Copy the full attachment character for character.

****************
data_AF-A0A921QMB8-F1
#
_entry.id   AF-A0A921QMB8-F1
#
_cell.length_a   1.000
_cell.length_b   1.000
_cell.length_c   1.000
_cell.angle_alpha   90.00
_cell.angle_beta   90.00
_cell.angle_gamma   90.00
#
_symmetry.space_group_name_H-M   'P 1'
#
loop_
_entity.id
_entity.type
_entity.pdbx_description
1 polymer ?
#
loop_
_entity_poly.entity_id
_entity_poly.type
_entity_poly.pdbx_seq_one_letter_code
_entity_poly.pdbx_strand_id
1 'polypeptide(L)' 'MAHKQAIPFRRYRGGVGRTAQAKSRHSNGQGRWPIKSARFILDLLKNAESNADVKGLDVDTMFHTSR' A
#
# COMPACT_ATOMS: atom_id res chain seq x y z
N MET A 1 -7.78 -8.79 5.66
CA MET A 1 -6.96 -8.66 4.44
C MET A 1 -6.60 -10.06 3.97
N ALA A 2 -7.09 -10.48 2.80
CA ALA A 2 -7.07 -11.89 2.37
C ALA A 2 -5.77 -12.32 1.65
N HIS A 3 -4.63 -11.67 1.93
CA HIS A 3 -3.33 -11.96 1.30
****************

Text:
data_AF-A0A921QMB8-F1
#
_entry.id   AF-A0A921QMB8-F1
#
_cell.length_a   1.000
_cell.length_b   1.000
_cell.length_c   1.000
_cell.angle_alpha   90.00
_cell.angle_beta   90.00
_cell.angle_gamma   90.00
#
_symmetry.space_group_name_H-M   'P 1'
#
loop_
_entity.id
_entity.type
_entity.pdbx_description
1 polymer ?
#
loop_
_entity_poly.entity_id
_entity_poly.type
_entity_poly.pdbx_seq_one_letter_code
_entity_poly.pdbx_strand_id
1 'polypeptide(L)' 'MAHKQAIPFRRYRGGVGRTAQAKSRHSNGQGRWPIKSARFILDLLKNAESNADVKGLDVDTMFHTSR' A
#
# COMPACT_ATOMS: atom_id res chain seq x y z
N MET A 1 -7.78 -8.79 5.66
CA MET A 1 -6.96 -8.66 4.44
C MET A 1 -6.60 -10.06 3.97
N ALA A 2 -7.09 -10.48 2.80
CA ALA A 2 -7.07 -11.89 2.37
C ALA A 2 -5.77 -12.32 1.65
N HIS A 3 -4.63 -11.67 1.93
CA HIS A 3 -3.33 -11.96 1.30